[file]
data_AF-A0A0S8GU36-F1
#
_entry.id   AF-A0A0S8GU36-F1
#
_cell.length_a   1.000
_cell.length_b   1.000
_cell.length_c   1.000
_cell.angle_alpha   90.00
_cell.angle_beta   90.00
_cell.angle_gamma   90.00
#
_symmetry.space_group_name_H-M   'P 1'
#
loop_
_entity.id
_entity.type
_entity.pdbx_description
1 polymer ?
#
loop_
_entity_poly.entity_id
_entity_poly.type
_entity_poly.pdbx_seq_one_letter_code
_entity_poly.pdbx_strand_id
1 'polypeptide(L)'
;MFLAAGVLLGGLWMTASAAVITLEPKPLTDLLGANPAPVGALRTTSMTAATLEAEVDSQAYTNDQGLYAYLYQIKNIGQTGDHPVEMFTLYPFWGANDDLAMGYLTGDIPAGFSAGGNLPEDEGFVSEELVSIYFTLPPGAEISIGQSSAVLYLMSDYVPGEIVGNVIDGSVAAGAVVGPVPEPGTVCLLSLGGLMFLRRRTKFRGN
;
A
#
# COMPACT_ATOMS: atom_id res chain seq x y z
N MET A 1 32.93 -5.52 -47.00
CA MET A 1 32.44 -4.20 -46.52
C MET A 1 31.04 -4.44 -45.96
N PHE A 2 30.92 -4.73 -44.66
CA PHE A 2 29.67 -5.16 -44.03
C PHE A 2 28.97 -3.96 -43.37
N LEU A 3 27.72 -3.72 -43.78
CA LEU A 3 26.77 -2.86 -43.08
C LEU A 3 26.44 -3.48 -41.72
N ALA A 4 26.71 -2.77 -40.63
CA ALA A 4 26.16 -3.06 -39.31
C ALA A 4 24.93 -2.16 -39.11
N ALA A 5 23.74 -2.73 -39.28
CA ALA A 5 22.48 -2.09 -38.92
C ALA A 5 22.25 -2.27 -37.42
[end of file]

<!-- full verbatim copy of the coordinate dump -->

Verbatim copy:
data_AF-A0A0S8GU36-F1
#
_entry.id   AF-A0A0S8GU36-F1
#
_cell.length_a   1.000
_cell.length_b   1.000
_cell.length_c   1.000
_cell.angle_alpha   90.00
_cell.angle_beta   90.00
_cell.angle_gamma   90.00
#
_symmetry.space_group_name_H-M   'P 1'
#
loop_
_entity.id
_entity.type
_entity.pdbx_description
1 polymer ?
#
loop_
_entity_poly.entity_id
_entity_poly.type
_entity_poly.pdbx_seq_one_letter_code
_entity_poly.pdbx_strand_id
1 'polypeptide(L)'
;MFLAAGVLLGGLWMTASAAVITLEPKPLTDLLGANPAPVGALRTTSMTAATLEAEVDSQAYTNDQGLYAYLYQIKNIGQTGDHPVEMFTLYPFWGANDDLAMGYLTGDIPAGFSAGGNLPEDEGFVSEELVSIYFTLPPGAEISIGQSSAVLYLMSDYVPGEIVGNVIDGSVAAGAVVGPVPEPGTVCLLSLGGLMFLRRRTKFRGN
;
A
#
# COMPACT_ATOMS: atom_id res chain seq x y z
N MET A 1 32.93 -5.52 -47.00
CA MET A 1 32.44 -4.20 -46.52
C MET A 1 31.04 -4.44 -45.96
N PHE A 2 30.92 -4.73 -44.66
CA PHE A 2 29.67 -5.16 -44.03
C PHE A 2 28.97 -3.96 -43.37
N LEU A 3 27.72 -3.72 -43.78
CA LEU A 3 26.77 -2.86 -43.08
C LEU A 3 26.44 -3.48 -41.72
N ALA A 4 26.71 -2.77 -40.63
CA ALA A 4 26.16 -3.06 -39.31
C ALA A 4 24.93 -2.16 -39.11
N ALA A 5 23.74 -2.73 -39.28
CA ALA A 5 22.48 -2.09 -38.92
C ALA A 5 22.25 -2.27 -37.42